• awareness-raising, education, and training for businesses and police forces;
  • support for those “targeted by hate speech” and victims;
  • monitoring and analysing hate speech;
  • national coordination and international cooperation.

To implement the new recommendation, two committees – CDADI (The Steering Committee on Anti-Discrimination, Diversity and Inclusion) and CDMSI (Steering Committee on Media and Information Society) – are working together. Additionally, there will be cooperation projects to assist member states and follow-ups. A review report on promising practices at the national level is due by 2024, and a review report on the implementation of the Recommendation by member States is due in 2027.

The Council of Europe provides cooperation programmes. For example, a systematic mapping approach, where CoE brings different actors together and asks them to map the ecosystem of hate speech, with this way it can identify gaps and create more effective action plans and national strategies. The Council of Europe also organises online courses on combating hate speech and hate crime and developed manuals for law enforcement on policing hate speech. The CoE also provides guides and tools to design and implement effective awareness-raising and educational initiatives, such as the No Hate Speech Movement or Block the Hatred, Share the Love (in the Western Balkans). Another example of these initiatives is the We Can 4 human rights speech (website: Toolkit for human rights speech ( This online platform includes: the hate speech calculator, which is an assessment tool that helps to identify the severity of hate speech and the reaction to it; “human rights narrative builder” tool that allows you to define your arguments for human rights on a particular topic/issue; and the online tool-box will help you develop a communication strategy. This communication strategies toolbox also provides links to other effective tools, monitoring and helps people with methods to collect data from online platforms. The discussions following the presentation with all involved reflected on the role of Artificial Intelligence (AI). AI could be a great tool against hate speech (such as and should be implemented by large service providers and social media platforms. Many NGOs and civil society organisations do not get enough funding from governments to tackle hate speech, and possibly there is no cure for that. It was remarked that there is no methodology to measure the impact and effectiveness of counter-narratives against hate speech. Most probably, it would be fruitful to follow the work of an active NGO which has a long-term campaign against hate speech and measure its impact in the long run. There would also be a need for the Council of Europe to open a dialogue with local authorities and municipalities – this would influence people more on the local level, and change would be possible without the approval of the incumbent government.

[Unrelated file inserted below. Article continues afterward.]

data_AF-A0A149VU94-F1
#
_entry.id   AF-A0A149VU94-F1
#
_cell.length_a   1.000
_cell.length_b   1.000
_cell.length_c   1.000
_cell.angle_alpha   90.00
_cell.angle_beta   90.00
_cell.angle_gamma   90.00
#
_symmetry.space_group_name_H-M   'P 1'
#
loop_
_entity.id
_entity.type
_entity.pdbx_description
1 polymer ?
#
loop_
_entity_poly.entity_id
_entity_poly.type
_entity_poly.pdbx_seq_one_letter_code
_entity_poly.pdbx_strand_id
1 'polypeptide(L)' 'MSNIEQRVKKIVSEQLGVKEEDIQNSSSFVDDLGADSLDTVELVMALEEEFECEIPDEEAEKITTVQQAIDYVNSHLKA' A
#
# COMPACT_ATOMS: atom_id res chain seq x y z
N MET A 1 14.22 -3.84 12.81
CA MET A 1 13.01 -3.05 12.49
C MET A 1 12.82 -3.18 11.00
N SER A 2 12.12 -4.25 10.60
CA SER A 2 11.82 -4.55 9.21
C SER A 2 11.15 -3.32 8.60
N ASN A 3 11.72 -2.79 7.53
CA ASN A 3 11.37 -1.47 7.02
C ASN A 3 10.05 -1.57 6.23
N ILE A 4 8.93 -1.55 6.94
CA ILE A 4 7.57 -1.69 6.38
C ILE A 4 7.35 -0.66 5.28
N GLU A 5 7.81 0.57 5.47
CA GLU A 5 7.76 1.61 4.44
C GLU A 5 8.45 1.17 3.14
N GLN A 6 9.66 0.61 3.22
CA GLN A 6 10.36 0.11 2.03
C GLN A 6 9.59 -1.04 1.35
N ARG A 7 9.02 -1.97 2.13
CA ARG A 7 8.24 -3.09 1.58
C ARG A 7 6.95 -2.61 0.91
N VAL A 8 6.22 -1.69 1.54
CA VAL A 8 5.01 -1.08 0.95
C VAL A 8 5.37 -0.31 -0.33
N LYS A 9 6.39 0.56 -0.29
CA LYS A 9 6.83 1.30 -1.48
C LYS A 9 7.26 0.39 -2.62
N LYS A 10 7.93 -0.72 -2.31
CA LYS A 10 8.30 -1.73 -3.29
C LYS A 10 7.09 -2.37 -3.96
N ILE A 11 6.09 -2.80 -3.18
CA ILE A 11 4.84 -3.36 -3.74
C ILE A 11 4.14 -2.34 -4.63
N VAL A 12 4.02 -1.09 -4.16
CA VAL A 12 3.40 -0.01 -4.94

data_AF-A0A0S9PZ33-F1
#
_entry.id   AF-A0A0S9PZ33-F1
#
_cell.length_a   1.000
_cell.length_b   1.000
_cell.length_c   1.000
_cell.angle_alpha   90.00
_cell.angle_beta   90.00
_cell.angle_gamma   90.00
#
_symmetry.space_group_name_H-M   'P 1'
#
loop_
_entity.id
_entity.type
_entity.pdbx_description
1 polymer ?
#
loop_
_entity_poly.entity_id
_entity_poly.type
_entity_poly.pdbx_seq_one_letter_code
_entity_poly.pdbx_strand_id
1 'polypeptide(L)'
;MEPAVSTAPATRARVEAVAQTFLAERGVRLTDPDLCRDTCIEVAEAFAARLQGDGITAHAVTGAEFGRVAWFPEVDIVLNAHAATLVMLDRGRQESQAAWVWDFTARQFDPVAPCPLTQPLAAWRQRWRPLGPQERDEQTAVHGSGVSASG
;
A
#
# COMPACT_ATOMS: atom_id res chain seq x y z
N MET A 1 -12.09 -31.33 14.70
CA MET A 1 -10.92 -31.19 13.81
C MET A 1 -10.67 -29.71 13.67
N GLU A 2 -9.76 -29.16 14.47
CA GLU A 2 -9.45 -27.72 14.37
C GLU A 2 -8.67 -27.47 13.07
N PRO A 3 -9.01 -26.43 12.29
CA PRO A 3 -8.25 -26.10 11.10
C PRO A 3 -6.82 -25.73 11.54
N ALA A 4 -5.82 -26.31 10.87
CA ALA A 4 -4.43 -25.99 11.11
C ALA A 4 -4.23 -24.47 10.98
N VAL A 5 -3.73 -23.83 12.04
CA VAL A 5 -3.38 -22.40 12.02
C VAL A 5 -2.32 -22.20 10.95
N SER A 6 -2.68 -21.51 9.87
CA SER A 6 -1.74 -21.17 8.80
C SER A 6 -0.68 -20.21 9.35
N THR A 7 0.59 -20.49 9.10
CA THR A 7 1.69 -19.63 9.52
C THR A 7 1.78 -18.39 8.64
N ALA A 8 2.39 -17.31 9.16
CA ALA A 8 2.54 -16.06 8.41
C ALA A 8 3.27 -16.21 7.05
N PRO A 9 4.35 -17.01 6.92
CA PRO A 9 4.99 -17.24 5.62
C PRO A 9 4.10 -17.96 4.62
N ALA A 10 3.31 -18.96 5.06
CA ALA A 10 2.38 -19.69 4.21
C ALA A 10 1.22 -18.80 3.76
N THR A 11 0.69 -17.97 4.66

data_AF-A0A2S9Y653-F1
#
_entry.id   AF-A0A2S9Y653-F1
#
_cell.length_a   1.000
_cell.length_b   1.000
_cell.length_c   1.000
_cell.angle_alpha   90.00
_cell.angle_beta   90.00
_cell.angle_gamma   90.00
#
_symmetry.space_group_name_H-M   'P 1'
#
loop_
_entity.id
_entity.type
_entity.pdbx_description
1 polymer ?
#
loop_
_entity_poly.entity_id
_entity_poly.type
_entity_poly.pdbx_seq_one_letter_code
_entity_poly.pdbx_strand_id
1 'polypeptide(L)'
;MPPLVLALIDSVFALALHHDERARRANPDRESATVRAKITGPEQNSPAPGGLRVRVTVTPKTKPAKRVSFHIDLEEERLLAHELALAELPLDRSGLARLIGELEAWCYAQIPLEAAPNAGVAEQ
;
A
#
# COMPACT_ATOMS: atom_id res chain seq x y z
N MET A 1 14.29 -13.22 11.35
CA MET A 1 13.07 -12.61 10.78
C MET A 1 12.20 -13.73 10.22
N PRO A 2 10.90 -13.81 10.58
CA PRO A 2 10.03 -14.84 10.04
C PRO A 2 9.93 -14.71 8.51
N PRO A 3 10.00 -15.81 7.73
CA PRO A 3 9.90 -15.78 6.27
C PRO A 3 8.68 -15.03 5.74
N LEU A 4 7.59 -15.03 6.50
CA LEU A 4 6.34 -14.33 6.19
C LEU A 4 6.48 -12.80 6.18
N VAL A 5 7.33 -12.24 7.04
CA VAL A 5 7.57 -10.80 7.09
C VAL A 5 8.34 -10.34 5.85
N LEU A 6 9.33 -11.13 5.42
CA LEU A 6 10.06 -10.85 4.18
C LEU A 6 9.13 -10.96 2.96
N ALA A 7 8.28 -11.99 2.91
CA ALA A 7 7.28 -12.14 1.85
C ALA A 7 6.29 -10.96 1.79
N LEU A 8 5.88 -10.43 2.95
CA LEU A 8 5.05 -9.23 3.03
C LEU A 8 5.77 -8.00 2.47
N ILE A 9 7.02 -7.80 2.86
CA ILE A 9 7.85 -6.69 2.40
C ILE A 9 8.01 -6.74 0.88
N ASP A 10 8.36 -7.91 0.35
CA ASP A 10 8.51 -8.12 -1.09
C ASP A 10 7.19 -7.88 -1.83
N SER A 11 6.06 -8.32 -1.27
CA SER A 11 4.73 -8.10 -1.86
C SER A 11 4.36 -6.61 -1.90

The „CHAD – Countering Hate Speech and Hurtful Speech against Diversity: Roma, LGBTIQ, Jewish and Migrant Communities” project (project nr. 101049309) is funded by the Citizens, Equality, Rights and Values Programme (CERV) of the DG Justice, European Commission and coordinated by RGDTS Nonprofit Llc. in partnership with Haver Informal Educational Foundation, Rainbow Mission Foundation and Political Capital. Views and opinions expressed are however those of the author(s) only and do not necessarily reflect those of the European Union or the European Commission. Neither the European Union nor the granting authority can be held responsible for them.